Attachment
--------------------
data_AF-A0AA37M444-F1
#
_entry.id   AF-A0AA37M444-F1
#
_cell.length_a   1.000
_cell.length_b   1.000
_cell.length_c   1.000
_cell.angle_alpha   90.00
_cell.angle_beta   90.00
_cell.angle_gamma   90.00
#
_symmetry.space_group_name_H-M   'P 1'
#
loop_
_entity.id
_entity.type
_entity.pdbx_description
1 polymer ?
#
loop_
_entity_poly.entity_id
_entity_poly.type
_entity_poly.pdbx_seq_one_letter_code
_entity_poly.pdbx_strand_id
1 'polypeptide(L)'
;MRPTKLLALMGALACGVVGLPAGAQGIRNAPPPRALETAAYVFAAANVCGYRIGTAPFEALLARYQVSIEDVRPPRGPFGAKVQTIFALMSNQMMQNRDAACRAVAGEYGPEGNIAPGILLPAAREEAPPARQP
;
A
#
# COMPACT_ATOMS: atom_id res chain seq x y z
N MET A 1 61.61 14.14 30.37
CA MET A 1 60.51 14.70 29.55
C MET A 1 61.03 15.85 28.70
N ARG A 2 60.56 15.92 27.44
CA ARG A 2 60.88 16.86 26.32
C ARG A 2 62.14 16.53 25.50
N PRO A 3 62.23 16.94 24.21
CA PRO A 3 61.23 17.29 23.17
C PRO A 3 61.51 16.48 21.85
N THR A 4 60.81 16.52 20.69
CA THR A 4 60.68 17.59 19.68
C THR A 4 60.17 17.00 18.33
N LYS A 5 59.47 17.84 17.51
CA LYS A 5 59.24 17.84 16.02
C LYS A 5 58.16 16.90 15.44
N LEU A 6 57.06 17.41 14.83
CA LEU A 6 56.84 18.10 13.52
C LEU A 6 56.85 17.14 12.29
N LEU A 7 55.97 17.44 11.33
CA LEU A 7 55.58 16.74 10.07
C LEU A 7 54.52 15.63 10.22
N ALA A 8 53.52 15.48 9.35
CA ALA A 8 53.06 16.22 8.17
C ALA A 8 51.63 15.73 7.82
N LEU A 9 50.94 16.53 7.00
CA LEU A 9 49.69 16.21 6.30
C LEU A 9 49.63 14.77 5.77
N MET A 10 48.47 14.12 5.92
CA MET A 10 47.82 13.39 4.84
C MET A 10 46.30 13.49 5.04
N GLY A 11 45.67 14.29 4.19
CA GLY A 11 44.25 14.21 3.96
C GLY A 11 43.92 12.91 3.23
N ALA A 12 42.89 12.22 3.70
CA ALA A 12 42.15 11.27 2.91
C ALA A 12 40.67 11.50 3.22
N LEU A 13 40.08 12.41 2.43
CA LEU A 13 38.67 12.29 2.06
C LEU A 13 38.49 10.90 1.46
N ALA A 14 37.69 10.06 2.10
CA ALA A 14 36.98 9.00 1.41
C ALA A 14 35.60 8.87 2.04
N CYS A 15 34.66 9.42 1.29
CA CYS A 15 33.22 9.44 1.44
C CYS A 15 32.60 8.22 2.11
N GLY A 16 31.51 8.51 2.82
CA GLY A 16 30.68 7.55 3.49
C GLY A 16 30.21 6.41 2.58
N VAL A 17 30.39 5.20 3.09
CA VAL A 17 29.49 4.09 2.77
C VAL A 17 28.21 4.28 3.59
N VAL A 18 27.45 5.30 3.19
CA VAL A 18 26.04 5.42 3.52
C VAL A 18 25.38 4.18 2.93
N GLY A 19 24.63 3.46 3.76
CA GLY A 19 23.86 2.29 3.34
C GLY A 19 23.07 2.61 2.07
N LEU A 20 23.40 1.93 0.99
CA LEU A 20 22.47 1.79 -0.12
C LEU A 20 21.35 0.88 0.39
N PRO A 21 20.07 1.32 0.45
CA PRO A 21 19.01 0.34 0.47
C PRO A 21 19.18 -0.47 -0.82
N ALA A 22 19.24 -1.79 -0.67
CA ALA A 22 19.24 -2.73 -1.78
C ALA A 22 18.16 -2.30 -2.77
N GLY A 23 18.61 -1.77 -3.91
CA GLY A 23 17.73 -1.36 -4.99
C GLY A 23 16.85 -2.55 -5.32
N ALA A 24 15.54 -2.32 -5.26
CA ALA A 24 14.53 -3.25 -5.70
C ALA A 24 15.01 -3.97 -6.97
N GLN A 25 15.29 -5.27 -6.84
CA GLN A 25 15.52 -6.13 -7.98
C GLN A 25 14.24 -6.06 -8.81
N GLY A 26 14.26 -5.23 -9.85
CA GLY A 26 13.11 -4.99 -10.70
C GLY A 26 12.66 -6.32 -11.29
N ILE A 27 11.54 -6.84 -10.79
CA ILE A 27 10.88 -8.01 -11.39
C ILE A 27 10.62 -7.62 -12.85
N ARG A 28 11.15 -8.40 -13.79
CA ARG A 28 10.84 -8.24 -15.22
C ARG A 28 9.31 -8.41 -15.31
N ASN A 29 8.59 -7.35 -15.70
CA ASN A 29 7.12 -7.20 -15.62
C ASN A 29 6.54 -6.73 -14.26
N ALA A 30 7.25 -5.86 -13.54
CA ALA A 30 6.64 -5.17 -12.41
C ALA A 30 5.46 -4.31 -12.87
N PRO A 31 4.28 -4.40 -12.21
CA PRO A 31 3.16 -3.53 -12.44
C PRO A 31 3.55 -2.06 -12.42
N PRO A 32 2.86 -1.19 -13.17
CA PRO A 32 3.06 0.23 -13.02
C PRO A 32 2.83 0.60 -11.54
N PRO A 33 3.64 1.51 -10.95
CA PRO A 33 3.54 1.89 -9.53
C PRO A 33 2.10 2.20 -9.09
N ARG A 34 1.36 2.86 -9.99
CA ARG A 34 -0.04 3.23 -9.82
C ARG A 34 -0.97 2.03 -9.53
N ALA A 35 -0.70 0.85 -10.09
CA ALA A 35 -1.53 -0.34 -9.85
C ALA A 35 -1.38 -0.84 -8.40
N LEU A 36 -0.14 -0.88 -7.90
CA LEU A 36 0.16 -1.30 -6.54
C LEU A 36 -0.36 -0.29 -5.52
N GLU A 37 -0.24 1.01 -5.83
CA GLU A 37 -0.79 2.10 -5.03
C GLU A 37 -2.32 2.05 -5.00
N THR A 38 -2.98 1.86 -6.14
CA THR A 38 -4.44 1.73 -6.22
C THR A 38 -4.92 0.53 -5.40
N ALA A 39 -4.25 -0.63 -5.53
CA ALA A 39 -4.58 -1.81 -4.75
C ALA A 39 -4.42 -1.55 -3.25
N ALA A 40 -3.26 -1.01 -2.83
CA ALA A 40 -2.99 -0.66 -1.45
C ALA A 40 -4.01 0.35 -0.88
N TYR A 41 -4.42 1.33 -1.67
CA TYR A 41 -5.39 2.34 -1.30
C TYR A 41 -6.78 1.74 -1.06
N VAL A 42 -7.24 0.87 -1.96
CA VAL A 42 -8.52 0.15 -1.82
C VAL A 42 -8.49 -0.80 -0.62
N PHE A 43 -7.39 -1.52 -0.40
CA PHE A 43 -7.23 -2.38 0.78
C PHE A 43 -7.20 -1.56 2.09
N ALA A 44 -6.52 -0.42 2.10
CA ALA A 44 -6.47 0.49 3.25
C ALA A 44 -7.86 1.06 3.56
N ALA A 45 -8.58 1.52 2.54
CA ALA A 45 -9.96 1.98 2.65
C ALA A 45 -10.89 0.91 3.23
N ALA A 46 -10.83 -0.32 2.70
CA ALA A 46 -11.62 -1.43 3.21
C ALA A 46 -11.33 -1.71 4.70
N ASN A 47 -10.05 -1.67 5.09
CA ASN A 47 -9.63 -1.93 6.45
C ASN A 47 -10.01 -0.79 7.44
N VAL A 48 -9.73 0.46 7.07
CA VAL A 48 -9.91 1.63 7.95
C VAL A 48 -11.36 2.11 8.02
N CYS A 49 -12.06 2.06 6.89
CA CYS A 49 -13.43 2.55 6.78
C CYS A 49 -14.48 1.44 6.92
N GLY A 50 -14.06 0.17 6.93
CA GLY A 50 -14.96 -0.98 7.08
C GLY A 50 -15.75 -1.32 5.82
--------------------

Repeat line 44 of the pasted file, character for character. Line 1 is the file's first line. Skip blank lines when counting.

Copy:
CA LYS A 5 59.24 17.84 16.02